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Rating: 0.0/5 (0 votes cast)

The Hangover Part II

I never quite saw the lightning the first time around, but who could miss the rumbling thunder? The Hangover storm raged over the summer of 2009, becoming the highest-grossing live-action comedy of all time, and later winning a Best Picture (Musical or Comedy) Golden Globe. A sequel was apparently in the works before the first film was even released. Unfortunately, as we all know too well, lightning rarely strikes twice.

If a motion picture dictionary were to define the term ‘sequelitis,’ The Hangover Part II would be pictured alongside it. And that’s the least of the film’s problems. Perhaps I’m predisposed to loathe this sequel, and I will openly admit to that. While watching Part II, I remembered sitting in a History of Comedy class two years ago and the professor asked the students to list the five greatest comedies in film or television of all time. To my astonishment and complete disagreement, The Hangover swept the votes with nearly ¾ of the students naming it the funniest movie ever made. Say what?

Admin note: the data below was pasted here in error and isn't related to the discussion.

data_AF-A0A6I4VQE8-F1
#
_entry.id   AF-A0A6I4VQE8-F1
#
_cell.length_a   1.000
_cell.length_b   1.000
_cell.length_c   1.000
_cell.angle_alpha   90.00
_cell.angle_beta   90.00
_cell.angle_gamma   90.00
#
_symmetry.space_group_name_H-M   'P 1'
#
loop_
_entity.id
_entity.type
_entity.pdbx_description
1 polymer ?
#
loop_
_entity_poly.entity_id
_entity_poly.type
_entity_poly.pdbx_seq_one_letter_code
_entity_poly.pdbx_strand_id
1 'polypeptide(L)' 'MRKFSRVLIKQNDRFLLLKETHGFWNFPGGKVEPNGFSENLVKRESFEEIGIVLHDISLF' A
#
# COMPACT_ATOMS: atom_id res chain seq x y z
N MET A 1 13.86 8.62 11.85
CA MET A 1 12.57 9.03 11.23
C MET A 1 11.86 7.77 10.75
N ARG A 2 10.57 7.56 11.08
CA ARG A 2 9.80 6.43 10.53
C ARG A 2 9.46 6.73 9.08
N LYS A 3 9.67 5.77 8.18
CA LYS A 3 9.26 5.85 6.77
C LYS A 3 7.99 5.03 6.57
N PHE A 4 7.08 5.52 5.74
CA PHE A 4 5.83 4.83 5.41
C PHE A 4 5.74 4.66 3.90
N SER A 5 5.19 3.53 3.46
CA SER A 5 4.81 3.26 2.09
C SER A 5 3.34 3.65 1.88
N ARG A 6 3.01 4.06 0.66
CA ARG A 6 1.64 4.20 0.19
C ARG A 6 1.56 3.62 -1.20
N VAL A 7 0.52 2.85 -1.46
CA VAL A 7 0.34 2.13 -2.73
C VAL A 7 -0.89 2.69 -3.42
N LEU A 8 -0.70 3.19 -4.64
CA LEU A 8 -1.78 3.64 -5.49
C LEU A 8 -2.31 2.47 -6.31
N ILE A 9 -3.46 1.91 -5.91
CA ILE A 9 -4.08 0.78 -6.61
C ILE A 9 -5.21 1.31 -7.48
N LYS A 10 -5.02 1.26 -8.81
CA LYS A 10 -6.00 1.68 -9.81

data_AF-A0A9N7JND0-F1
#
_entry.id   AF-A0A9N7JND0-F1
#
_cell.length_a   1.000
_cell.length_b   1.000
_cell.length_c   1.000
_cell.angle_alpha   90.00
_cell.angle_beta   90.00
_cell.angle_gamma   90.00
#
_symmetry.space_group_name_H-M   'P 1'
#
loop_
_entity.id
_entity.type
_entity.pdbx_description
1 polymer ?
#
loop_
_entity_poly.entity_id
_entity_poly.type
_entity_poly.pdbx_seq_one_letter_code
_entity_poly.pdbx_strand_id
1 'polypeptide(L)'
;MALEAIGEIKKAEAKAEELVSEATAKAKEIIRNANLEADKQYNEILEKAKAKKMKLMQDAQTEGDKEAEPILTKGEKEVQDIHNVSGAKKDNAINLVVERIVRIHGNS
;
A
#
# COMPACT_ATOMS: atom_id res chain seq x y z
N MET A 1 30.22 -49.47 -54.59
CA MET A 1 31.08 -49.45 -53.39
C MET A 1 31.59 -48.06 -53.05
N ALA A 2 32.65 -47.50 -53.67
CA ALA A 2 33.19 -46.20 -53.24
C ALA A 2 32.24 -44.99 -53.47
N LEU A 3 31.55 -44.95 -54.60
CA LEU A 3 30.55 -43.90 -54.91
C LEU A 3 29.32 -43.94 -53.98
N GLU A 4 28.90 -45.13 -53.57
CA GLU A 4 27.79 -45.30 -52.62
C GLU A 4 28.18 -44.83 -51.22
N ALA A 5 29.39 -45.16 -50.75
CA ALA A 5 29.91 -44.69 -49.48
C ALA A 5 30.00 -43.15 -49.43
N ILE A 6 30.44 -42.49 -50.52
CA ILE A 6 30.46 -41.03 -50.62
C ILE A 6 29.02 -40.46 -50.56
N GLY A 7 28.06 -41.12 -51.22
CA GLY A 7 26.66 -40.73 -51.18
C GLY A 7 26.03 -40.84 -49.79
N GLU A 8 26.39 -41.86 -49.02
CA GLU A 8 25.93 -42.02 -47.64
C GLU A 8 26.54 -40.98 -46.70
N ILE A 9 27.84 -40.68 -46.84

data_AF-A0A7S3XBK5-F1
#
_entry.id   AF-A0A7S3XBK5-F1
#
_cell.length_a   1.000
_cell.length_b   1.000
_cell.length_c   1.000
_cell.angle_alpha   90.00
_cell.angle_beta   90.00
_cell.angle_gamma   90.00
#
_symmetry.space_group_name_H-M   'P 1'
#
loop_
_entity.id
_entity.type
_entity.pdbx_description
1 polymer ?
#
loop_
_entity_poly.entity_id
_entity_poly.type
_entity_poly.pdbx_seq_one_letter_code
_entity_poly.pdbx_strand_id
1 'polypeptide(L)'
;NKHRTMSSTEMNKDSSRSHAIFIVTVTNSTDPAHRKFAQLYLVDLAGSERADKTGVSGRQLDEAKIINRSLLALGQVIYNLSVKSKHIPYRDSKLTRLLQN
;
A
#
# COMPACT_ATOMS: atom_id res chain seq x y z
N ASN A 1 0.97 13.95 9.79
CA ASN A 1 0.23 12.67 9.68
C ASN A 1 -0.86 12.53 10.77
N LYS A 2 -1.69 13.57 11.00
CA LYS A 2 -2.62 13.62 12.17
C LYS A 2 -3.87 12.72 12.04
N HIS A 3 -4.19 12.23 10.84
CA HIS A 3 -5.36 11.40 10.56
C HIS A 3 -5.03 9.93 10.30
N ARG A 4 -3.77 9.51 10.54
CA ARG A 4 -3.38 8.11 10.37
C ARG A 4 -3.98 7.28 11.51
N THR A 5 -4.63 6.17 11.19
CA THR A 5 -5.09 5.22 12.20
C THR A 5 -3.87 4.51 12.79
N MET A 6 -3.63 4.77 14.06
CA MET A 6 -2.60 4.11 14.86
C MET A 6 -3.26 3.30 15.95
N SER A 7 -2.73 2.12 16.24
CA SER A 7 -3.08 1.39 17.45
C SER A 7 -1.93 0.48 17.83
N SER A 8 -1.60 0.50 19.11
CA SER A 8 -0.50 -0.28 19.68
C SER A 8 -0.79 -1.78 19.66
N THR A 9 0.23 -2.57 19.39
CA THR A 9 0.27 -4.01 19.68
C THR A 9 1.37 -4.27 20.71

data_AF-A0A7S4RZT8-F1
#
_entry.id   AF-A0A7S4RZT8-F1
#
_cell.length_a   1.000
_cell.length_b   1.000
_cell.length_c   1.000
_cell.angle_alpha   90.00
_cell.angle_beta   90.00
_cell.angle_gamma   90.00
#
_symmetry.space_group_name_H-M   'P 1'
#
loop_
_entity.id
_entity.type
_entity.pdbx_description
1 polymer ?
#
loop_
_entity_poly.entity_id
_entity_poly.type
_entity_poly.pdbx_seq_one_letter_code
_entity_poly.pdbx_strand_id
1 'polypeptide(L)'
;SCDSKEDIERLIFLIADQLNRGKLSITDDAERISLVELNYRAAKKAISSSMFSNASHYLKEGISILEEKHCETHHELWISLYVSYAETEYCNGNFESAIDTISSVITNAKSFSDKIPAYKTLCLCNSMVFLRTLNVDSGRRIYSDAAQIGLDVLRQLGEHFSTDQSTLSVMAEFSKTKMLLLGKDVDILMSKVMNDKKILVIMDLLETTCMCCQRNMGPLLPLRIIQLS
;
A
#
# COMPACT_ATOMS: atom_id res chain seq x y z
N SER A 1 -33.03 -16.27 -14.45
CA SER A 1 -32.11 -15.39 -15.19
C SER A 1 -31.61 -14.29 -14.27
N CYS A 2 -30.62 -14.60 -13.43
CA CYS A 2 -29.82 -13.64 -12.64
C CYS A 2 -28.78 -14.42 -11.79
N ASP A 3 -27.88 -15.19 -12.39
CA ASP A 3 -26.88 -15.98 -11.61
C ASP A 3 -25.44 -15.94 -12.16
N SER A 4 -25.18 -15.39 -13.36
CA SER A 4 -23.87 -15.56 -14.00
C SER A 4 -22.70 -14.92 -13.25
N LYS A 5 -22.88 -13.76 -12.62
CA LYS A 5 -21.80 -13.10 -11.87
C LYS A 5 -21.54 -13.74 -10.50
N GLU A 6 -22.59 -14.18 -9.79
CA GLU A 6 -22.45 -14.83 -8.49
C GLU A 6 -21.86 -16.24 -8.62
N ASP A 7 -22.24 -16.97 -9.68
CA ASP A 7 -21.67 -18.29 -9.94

Obviously I missed the boat. In my humble opinion, for every joke that the original Hangover hit spot-on, there was about ten that flopped. Audiences not digging Part I will certainly not have a change of heart with Part II. In fact, even if you enjoyed Part I, you will likely find yourself less satisfied this time out. The blueprint for this Hangover is nearly identical to the last. Expecting as much, I still found the movie to be a disappointment as a (keyword: funny) comedy.